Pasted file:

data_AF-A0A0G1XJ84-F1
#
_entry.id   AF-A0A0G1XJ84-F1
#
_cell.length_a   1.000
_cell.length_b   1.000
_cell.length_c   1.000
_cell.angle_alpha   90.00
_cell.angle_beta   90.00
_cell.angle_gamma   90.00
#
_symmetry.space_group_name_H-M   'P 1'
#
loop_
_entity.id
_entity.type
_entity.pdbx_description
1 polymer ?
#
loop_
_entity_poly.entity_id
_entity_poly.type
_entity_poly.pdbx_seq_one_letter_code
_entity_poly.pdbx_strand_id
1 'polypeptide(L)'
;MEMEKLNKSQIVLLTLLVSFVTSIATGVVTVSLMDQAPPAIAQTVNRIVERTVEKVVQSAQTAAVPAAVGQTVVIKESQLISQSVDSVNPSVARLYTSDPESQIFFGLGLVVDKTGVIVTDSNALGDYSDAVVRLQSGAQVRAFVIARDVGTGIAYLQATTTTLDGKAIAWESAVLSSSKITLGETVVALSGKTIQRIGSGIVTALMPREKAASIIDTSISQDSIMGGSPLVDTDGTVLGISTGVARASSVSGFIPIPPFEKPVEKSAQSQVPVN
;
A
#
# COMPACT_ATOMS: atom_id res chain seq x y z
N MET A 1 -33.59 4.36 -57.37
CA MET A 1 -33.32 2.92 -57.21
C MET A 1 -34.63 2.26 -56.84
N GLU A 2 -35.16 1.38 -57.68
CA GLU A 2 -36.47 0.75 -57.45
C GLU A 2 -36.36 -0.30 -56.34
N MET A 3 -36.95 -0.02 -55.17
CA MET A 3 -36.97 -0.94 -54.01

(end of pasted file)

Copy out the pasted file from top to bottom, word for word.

data_AF-A0A0G1XJ84-F1
#
_entry.id   AF-A0A0G1XJ84-F1
#
_cell.length_a   1.000
_cell.length_b   1.000
_cell.length_c   1.000
_cell.angle_alpha   90.00
_cell.angle_beta   90.00
_cell.angle_gamma   90.00
#
_symmetry.space_group_name_H-M   'P 1'
#
loop_
_entity.id
_entity.type
_entity.pdbx_description
1 polymer ?
#
loop_
_entity_poly.entity_id
_entity_poly.type
_entity_poly.pdbx_seq_one_letter_code
_entity_poly.pdbx_strand_id
1 'polypeptide(L)'
;MEMEKLNKSQIVLLTLLVSFVTSIATGVVTVSLMDQAPPAIAQTVNRIVERTVEKVVQSAQTAAVPAAVGQTVVIKESQLISQSVDSVNPSVARLYTSDPESQIFFGLGLVVDKTGVIVTDSNALGDYSDAVVRLQSGAQVRAFVIARDVGTGIAYLQATTTTLDGKAIAWESAVLSSSKITLGETVVALSGKTIQRIGSGIVTALMPREKAASIIDTSISQDSIMGGSPLVDTDGTVLGISTGVARASSVSGFIPIPPFEKPVEKSAQSQVPVN
;
A
#
# COMPACT_ATOMS: atom_id res chain seq x y z
N MET A 1 -33.59 4.36 -57.37
CA MET A 1 -33.32 2.92 -57.21
C MET A 1 -34.63 2.26 -56.84
N GLU A 2 -35.16 1.38 -57.68
CA GLU A 2 -36.47 0.75 -57.45
C GLU A 2 -36.36 -0.30 -56.34
N MET A 3 -36.95 -0.02 -55.17
CA MET A 3 -36.97 -0.94 -54.01